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Sensors 2016, 16(12), 1998; doi:10.3390/s16121998

Article
Reciprocally-Benefited Secure Transmission for Spectrum Sensing-Based Cognitive Radio Sensor Networks
Dawei Wang 1,2, Pinyi Ren 1,2,*, Qinghe Du 1,2, Li Sun 1,2 and Yichen Wang 1,2,3
1
Department of Information and Communication Engineering, School of Electronic and Information Engineering, Xi’an Jiaotong University, Xi’an 710049, China
2
Shaanxi Smart Networks and Ubiquitous Access Research Center, Xi’an 710049, China
3
Key Laboratory of Wireless Sensor Network & Communication, Shanghai Institute of Microsystem and Information Technology, Chinese Academy of Sciences, 865 Changning Road, Shanghai 200050, China
*
Correspondence: Tel.: +86-29-8266-4427
Academic Editor: Leonhard M. Reindl
Received: 20 September 2016 / Accepted: 18 November 2016 / Published: 25 November 2016

Abstract

:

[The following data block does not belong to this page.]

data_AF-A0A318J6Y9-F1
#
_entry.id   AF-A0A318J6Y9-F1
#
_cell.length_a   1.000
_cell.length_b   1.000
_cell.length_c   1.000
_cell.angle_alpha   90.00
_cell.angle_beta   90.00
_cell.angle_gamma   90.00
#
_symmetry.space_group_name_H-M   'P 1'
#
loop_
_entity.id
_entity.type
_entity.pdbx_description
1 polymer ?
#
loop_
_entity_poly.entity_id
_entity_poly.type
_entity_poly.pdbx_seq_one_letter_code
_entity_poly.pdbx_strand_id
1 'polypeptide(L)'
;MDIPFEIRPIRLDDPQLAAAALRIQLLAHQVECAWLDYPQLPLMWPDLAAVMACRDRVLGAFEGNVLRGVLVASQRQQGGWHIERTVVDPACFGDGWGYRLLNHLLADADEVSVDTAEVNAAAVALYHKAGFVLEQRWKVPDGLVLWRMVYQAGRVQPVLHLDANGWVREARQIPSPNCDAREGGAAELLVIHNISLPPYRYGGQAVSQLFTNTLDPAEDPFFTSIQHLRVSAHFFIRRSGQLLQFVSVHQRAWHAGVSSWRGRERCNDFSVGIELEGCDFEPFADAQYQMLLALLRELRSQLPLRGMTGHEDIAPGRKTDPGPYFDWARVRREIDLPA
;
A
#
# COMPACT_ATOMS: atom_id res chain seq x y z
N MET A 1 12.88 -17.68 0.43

The rapid proliferation of independently-designed and -deployed wireless sensor networks extremely crowds the wireless spectrum and promotes the emergence of cognitive radio sensor networks (CRSN). In CRSN, the sensor node (SN) can make full use of the unutilized licensed spectrum, and the spectrum efficiency is greatly improved. However, inevitable spectrum sensing errors will adversely interfere with the primary transmission, which may result in primary transmission outage. To compensate the adverse effect of spectrum sensing errors, we propose a reciprocally-benefited secure transmission strategy, in which SN’s interference to the eavesdropper is employed to protect the primary confidential messages while the CRSN is also rewarded with a loose spectrum sensing error probability constraint. Specifically, according to the spectrum sensing results and primary users’ activities, there are four system states in this strategy. For each state, we analyze the primary secrecy rate and the SN’s transmission rate by taking into account the spectrum sensing errors. Then, the SN’s transmit power is optimally allocated for each state so that the average transmission rate of CRSN is maximized under the constraint of the primary maximum permitted secrecy outage probability. In addition, the performance tradeoff between the transmission rate of CRSN and the primary secrecy outage probability is investigated. Moreover, we analyze the primary secrecy rate for the asymptotic scenarios and derive the closed-form expression of the SN’s transmission outage probability. Simulation results show that: (1) the performance of the SN’s average throughput in the proposed strategy outperforms the conventional overlay strategy; (2) both the primary network and CRSN benefit from the proposed strategy.